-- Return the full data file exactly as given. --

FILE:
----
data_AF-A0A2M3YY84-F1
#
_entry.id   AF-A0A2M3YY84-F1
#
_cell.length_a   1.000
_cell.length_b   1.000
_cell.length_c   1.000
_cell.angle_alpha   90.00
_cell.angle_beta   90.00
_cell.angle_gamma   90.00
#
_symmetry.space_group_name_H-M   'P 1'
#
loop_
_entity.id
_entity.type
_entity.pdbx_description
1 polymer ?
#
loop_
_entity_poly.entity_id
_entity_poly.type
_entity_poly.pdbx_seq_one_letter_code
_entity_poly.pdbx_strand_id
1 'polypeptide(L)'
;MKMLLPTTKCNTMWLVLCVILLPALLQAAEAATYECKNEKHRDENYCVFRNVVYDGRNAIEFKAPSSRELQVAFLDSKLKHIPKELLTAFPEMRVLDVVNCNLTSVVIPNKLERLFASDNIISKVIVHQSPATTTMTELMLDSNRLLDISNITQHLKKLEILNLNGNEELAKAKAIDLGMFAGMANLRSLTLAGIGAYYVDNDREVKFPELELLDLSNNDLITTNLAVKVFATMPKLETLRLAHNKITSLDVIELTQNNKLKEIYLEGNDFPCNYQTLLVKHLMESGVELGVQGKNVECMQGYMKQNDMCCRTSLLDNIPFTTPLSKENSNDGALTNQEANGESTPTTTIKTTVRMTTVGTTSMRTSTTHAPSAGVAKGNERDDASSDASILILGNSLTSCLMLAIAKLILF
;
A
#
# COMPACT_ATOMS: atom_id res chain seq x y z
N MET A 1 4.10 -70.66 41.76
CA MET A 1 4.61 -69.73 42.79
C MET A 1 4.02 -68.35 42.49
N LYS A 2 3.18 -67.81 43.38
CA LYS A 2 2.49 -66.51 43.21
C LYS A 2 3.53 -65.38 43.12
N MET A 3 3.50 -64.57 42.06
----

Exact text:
data_AF-A0A2M3YY84-F1
#
_entry.id   AF-A0A2M3YY84-F1
#
_cell.length_a   1.000
_cell.length_b   1.000
_cell.length_c   1.000
_cell.angle_alpha   90.00
_cell.angle_beta   90.00
_cell.angle_gamma   90.00
#
_symmetry.space_group_name_H-M   'P 1'
#
loop_
_entity.id
_entity.type
_entity.pdbx_description
1 polymer ?
#
loop_
_entity_poly.entity_id
_entity_poly.type
_entity_poly.pdbx_seq_one_letter_code
_entity_poly.pdbx_strand_id
1 'polypeptide(L)'
;MKMLLPTTKCNTMWLVLCVILLPALLQAAEAATYECKNEKHRDENYCVFRNVVYDGRNAIEFKAPSSRELQVAFLDSKLKHIPKELLTAFPEMRVLDVVNCNLTSVVIPNKLERLFASDNIISKVIVHQSPATTTMTELMLDSNRLLDISNITQHLKKLEILNLNGNEELAKAKAIDLGMFAGMANLRSLTLAGIGAYYVDNDREVKFPELELLDLSNNDLITTNLAVKVFATMPKLETLRLAHNKITSLDVIELTQNNKLKEIYLEGNDFPCNYQTLLVKHLMESGVELGVQGKNVECMQGYMKQNDMCCRTSLLDNIPFTTPLSKENSNDGALTNQEANGESTPTTTIKTTVRMTTVGTTSMRTSTTHAPSAGVAKGNERDDASSDASILILGNSLTSCLMLAIAKLILF
;
A
#
# COMPACT_ATOMS: atom_id res chain seq x y z
N MET A 1 4.10 -70.66 41.76
CA MET A 1 4.61 -69.73 42.79
C MET A 1 4.02 -68.35 42.49
N LYS A 2 3.18 -67.81 43.38
CA LYS A 2 2.49 -66.51 43.21
C LYS A 2 3.53 -65.38 43.12
N MET A 3 3.50 -64.57 42.06